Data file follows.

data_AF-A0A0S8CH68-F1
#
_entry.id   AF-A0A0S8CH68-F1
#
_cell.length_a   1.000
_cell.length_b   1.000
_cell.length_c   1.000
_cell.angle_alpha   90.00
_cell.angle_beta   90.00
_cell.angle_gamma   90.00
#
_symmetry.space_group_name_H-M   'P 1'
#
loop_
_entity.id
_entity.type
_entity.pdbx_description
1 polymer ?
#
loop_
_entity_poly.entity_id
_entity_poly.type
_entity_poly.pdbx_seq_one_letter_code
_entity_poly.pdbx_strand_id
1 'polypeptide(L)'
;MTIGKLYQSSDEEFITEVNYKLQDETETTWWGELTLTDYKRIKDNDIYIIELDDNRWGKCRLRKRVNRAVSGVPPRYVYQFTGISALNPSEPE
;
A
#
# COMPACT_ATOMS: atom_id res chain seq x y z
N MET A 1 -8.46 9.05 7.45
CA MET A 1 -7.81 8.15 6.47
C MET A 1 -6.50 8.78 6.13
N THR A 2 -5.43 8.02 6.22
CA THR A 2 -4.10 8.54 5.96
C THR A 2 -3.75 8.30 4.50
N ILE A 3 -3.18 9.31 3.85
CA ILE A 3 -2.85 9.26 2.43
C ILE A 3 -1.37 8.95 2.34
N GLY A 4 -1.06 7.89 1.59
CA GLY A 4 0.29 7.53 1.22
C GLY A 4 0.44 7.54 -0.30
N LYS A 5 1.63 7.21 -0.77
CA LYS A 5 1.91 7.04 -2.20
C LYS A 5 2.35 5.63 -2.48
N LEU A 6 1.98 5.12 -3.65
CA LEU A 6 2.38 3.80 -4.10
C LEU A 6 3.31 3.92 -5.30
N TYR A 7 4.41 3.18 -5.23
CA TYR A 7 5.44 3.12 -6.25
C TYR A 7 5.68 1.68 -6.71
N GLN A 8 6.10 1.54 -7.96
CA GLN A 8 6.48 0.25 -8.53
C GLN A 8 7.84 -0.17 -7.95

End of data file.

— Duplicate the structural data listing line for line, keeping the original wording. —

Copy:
data_AF-A0A0S8CH68-F1
#
_entry.id   AF-A0A0S8CH68-F1
#
_cell.length_a   1.000
_cell.length_b   1.000
_cell.length_c   1.000
_cell.angle_alpha   90.00
_cell.angle_beta   90.00
_cell.angle_gamma   90.00
#
_symmetry.space_group_name_H-M   'P 1'
#
loop_
_entity.id
_entity.type
_entity.pdbx_description
1 polymer ?
#
loop_
_entity_poly.entity_id
_entity_poly.type
_entity_poly.pdbx_seq_one_letter_code
_entity_poly.pdbx_strand_id
1 'polypeptide(L)'
;MTIGKLYQSSDEEFITEVNYKLQDETETTWWGELTLTDYKRIKDNDIYIIELDDNRWGKCRLRKRVNRAVSGVPPRYVYQFTGISALNPSEPE
;
A
#
# COMPACT_ATOMS: atom_id res chain seq x y z
N MET A 1 -8.46 9.05 7.45
CA MET A 1 -7.81 8.15 6.47
C MET A 1 -6.50 8.78 6.13
N THR A 2 -5.43 8.02 6.22
CA THR A 2 -4.10 8.54 5.96
C THR A 2 -3.75 8.30 4.50
N ILE A 3 -3.18 9.31 3.85
CA ILE A 3 -2.85 9.26 2.43
C ILE A 3 -1.37 8.95 2.34
N GLY A 4 -1.06 7.89 1.59
CA GLY A 4 0.29 7.53 1.22
C GLY A 4 0.44 7.54 -0.30
N LYS A 5 1.63 7.21 -0.77
CA LYS A 5 1.91 7.04 -2.20
C LYS A 5 2.35 5.63 -2.48
N LEU A 6 1.98 5.12 -3.65
CA LEU A 6 2.38 3.80 -4.10
C LEU A 6 3.31 3.92 -5.30
N TYR A 7 4.41 3.18 -5.23
CA TYR A 7 5.44 3.12 -6.25
C TYR A 7 5.68 1.68 -6.71
N GLN A 8 6.10 1.54 -7.96
CA GLN A 8 6.48 0.25 -8.53
C GLN A 8 7.84 -0.17 -7.95